Colin Linden | bLOW | (Highway 20/Thirty Tigers)
3 1/2 out of 5 stars
Anyone looking to showcase an often-overlooked veteran roots talent as the first signing to their new label couldn’t make a better choice than Colin Linden.
Even though the Nashville by way of Toronto singer/songwriter/producer released 13 previous solo albums, has appeared on over 500 more as a sideman, and produced 140 others, he’s still somewhat of a well-kept secret. Hopefully, that changes as Lucinda Williams picked him for the debut act on her new Highway 20 imprint.
Linden’s solo music (he was briefly a member of the post-Robbie Robertson Band) leans towards rootsy Americana, but bLOW finds him wholeheartedly embracing the blues. It’s the music he’s loved since meeting Howlin’ Wolf when Linden was 11 and that swampy style has informed much of Linden’s material throughout the decades.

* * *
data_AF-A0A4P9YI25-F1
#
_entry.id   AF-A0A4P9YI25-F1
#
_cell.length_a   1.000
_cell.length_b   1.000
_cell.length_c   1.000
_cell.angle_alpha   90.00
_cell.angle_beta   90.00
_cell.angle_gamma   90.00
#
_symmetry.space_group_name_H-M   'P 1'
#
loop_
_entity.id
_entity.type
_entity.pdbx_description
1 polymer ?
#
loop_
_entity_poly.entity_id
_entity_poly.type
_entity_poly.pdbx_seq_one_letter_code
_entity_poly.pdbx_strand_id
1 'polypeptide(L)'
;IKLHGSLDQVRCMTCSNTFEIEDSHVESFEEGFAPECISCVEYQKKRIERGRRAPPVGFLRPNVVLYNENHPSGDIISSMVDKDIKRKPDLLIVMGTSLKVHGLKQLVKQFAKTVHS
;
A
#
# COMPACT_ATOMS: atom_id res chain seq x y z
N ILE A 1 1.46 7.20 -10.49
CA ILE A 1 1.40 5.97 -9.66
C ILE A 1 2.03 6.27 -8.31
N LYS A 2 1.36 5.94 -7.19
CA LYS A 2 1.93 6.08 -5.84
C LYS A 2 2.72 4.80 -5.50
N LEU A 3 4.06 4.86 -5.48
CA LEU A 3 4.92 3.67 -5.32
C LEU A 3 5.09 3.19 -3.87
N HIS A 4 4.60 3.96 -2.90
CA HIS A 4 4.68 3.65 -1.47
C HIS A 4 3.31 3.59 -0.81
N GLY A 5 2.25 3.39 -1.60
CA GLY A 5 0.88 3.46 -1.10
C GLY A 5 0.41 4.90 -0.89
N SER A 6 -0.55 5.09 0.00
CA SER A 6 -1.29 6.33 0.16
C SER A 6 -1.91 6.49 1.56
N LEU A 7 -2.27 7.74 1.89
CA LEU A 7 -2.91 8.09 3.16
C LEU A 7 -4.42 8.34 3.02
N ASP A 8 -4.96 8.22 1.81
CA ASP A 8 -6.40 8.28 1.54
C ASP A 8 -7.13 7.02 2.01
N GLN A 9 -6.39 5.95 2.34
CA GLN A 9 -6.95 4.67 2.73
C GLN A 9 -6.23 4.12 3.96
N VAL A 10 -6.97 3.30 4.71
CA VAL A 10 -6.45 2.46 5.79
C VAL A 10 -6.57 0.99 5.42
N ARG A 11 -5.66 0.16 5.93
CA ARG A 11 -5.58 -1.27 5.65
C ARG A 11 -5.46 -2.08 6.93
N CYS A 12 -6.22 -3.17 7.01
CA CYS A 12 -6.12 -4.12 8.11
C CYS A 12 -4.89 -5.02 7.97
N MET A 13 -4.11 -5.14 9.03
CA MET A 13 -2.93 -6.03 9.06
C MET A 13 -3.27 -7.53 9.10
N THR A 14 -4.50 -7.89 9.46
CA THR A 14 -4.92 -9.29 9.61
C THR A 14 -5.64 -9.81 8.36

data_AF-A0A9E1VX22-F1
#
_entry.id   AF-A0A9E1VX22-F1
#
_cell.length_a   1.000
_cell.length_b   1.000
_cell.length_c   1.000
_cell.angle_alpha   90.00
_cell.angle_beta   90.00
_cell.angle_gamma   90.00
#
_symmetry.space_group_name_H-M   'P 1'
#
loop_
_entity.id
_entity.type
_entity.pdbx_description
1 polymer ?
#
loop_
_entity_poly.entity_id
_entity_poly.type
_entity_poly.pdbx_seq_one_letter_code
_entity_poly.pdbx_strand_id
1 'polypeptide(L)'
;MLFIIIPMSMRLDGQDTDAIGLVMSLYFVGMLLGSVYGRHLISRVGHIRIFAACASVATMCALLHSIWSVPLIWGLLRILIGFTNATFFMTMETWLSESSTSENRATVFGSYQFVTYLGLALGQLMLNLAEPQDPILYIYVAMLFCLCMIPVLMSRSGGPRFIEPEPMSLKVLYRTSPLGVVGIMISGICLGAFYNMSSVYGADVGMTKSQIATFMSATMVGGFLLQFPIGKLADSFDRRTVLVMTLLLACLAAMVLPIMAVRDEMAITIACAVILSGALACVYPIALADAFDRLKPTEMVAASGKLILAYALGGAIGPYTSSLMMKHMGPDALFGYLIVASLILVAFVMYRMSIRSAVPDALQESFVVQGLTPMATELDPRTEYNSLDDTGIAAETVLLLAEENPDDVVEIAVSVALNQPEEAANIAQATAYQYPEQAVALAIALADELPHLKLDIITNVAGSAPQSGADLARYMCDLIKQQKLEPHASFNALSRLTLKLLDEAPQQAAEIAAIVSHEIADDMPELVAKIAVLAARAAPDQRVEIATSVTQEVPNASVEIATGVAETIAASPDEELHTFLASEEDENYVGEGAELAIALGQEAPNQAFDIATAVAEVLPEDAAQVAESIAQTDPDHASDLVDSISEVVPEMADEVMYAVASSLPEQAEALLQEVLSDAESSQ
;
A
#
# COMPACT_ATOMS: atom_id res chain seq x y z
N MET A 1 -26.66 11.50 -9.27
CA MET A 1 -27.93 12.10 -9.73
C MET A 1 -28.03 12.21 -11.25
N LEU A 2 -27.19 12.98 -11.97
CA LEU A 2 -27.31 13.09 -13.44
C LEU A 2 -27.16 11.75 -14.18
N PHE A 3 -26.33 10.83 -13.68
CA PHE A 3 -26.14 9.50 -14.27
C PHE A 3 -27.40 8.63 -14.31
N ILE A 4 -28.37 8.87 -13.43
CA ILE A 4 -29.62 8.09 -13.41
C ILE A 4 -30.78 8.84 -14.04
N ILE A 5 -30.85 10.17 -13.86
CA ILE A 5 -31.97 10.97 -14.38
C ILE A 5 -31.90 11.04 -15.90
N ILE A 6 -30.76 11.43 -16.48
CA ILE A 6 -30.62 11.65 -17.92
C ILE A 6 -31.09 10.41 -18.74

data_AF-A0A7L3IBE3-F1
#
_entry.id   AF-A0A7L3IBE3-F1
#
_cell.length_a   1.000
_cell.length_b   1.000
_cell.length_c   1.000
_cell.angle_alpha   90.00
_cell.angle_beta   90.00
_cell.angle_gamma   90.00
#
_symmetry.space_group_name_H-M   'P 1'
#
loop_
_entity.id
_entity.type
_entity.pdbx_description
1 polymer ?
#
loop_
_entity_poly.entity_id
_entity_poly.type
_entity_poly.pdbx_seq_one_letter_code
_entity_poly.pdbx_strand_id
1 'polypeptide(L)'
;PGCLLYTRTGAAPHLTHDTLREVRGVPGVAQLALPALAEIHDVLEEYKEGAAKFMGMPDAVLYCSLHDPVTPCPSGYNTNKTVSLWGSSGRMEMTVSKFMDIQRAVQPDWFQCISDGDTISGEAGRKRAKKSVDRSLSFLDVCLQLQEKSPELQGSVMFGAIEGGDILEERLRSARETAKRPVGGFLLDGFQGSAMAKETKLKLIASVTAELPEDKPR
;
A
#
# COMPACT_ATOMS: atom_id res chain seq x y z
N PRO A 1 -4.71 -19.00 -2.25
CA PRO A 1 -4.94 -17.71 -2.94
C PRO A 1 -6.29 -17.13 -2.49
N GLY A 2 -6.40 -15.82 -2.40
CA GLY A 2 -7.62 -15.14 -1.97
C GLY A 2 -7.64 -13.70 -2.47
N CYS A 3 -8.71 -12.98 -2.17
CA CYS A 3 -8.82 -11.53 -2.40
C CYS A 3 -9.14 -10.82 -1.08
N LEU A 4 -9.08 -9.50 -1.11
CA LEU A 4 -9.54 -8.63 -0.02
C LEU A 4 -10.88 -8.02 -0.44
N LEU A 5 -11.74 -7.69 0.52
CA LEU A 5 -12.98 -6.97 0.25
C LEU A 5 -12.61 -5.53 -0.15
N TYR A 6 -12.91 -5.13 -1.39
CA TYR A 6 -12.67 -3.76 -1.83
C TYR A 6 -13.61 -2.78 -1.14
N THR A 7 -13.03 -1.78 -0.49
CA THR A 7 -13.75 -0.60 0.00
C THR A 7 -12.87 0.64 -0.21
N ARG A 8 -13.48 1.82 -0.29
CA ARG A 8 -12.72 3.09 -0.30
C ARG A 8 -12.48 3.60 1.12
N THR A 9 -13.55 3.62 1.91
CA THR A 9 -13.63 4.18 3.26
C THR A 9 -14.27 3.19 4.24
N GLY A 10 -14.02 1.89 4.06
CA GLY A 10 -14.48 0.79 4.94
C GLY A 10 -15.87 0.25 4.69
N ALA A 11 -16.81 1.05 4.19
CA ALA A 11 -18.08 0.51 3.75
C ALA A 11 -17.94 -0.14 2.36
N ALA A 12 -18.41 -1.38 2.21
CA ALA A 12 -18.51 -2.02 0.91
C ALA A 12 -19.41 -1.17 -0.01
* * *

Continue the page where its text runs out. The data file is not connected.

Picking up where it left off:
In the opening “4 Cars” and especially in “Right Shoe Wrong Foot,” Linden channels the chukka-chukka rhythms of Bo Diddley, attacking them with his dusky voice and tough, yet flexible, guitar. He shifts into ZZ Top territory on the thumping nine-minute “Houston,” which name-checks Lightnin’ Hopkins. That and the slow blues of “Change Don’t Come Without Pain” allow him to open up on guitar, soloing with the forceful sophistication and intensity of Stevie Ray Vaughan.
Linden then leans into gospel on The Band-influenced “When I Get to Galilee” where his emotional vocals are eerily similar to those of the group’s Richard Manuel.
Six of these tracks on bLOW emerged from instrumentals commissioned for a television project that was looking for a Texas-Louisiana vibe. Linden recently turned them into full songs during the lockdown. The closing nine-minute ballad “Honey on My Tongue” reflects the frustrations of COVID-19 with Days of darkness world in trouble/ Everybody’s living in their own bubble bringing an ominous feel to the disc’s most moving moment.
Those first exposed to the singer/songwriter through this disc have the enviable task of digging into the 13 that came before it. There is not a bad one in the batch.